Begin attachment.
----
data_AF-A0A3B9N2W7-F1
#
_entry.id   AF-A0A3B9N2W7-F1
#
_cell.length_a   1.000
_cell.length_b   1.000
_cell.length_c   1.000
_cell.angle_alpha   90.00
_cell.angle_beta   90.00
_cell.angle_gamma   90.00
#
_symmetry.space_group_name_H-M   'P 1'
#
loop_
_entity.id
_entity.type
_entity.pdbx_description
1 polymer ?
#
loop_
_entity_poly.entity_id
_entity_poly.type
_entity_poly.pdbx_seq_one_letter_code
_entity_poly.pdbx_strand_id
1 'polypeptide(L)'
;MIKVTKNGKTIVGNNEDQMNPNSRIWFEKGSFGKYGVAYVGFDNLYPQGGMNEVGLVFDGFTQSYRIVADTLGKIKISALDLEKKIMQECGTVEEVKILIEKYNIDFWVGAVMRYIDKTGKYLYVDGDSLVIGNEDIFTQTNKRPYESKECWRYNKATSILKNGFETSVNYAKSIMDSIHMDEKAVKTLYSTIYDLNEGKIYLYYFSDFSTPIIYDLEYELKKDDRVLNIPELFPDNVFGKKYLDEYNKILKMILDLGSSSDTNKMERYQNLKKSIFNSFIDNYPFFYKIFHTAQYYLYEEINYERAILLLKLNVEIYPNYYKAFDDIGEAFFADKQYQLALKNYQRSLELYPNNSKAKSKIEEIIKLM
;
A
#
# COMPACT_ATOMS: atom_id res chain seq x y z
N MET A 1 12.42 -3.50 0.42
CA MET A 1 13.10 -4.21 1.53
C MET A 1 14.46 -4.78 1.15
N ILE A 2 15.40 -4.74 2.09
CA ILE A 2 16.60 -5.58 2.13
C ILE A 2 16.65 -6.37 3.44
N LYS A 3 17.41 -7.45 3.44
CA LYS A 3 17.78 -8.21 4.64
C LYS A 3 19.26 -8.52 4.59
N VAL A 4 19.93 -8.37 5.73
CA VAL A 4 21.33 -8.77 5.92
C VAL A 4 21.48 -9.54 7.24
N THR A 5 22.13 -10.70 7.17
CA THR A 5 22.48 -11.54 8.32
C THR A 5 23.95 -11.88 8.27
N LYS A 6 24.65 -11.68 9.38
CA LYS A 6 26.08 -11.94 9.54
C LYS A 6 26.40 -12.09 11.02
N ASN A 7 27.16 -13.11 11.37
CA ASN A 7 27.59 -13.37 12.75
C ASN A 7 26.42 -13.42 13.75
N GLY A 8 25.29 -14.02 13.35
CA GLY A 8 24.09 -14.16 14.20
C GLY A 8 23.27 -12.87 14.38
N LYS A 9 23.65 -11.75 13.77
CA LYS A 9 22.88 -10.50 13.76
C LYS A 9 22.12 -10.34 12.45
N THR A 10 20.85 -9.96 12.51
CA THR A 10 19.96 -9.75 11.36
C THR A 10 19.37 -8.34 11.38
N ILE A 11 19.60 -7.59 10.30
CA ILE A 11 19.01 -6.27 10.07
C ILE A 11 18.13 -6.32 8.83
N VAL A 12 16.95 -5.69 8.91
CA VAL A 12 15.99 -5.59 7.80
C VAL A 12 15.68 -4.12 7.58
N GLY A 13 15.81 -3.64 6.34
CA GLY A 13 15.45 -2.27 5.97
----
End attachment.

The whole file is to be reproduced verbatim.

data_AF-A0A3B9N2W7-F1
#
_entry.id   AF-A0A3B9N2W7-F1
#
_cell.length_a   1.000
_cell.length_b   1.000
_cell.length_c   1.000
_cell.angle_alpha   90.00
_cell.angle_beta   90.00
_cell.angle_gamma   90.00
#
_symmetry.space_group_name_H-M   'P 1'
#
loop_
_entity.id
_entity.type
_entity.pdbx_description
1 polymer ?
#
loop_
_entity_poly.entity_id
_entity_poly.type
_entity_poly.pdbx_seq_one_letter_code
_entity_poly.pdbx_strand_id
1 'polypeptide(L)'
;MIKVTKNGKTIVGNNEDQMNPNSRIWFEKGSFGKYGVAYVGFDNLYPQGGMNEVGLVFDGFTQSYRIVADTLGKIKISALDLEKKIMQECGTVEEVKILIEKYNIDFWVGAVMRYIDKTGKYLYVDGDSLVIGNEDIFTQTNKRPYESKECWRYNKATSILKNGFETSVNYAKSIMDSIHMDEKAVKTLYSTIYDLNEGKIYLYYFSDFSTPIIYDLEYELKKDDRVLNIPELFPDNVFGKKYLDEYNKILKMILDLGSSSDTNKMERYQNLKKSIFNSFIDNYPFFYKIFHTAQYYLYEEINYERAILLLKLNVEIYPNYYKAFDDIGEAFFADKQYQLALKNYQRSLELYPNNSKAKSKIEEIIKLM
;
A
#
# COMPACT_ATOMS: atom_id res chain seq x y z
N MET A 1 12.42 -3.50 0.42
CA MET A 1 13.10 -4.21 1.53
C MET A 1 14.46 -4.78 1.15
N ILE A 2 15.40 -4.74 2.09
CA ILE A 2 16.60 -5.58 2.13
C ILE A 2 16.65 -6.37 3.44
N LYS A 3 17.41 -7.45 3.44
CA LYS A 3 17.78 -8.21 4.64
C LYS A 3 19.26 -8.52 4.59
N VAL A 4 19.93 -8.37 5.73
CA VAL A 4 21.33 -8.77 5.92
C VAL A 4 21.48 -9.54 7.24
N THR A 5 22.13 -10.70 7.17
CA THR A 5 22.48 -11.54 8.32
C THR A 5 23.95 -11.88 8.27
N LYS A 6 24.65 -11.68 9.38
CA LYS A 6 26.08 -11.94 9.54
C LYS A 6 26.40 -12.09 11.02
N ASN A 7 27.16 -13.11 11.37
CA ASN A 7 27.59 -13.37 12.75
C ASN A 7 26.42 -13.42 13.75
N GLY A 8 25.29 -14.02 13.35
CA GLY A 8 24.09 -14.16 14.20
C GLY A 8 23.27 -12.87 14.38
N LYS A 9 23.65 -11.75 13.77
CA LYS A 9 22.88 -10.50 13.76
C LYS A 9 22.12 -10.34 12.45
N THR A 10 20.85 -9.96 12.51
CA THR A 10 19.96 -9.75 11.36
C THR A 10 19.37 -8.34 11.38
N ILE A 11 19.60 -7.59 10.30
CA ILE A 11 19.01 -6.27 10.07
C ILE A 11 18.13 -6.32 8.83
N VAL A 12 16.95 -5.69 8.91
CA VAL A 12 15.99 -5.59 7.80
C VAL A 12 15.68 -4.12 7.58
N GLY A 13 15.81 -3.64 6.34
CA GLY A 13 15.45 -2.27 5.97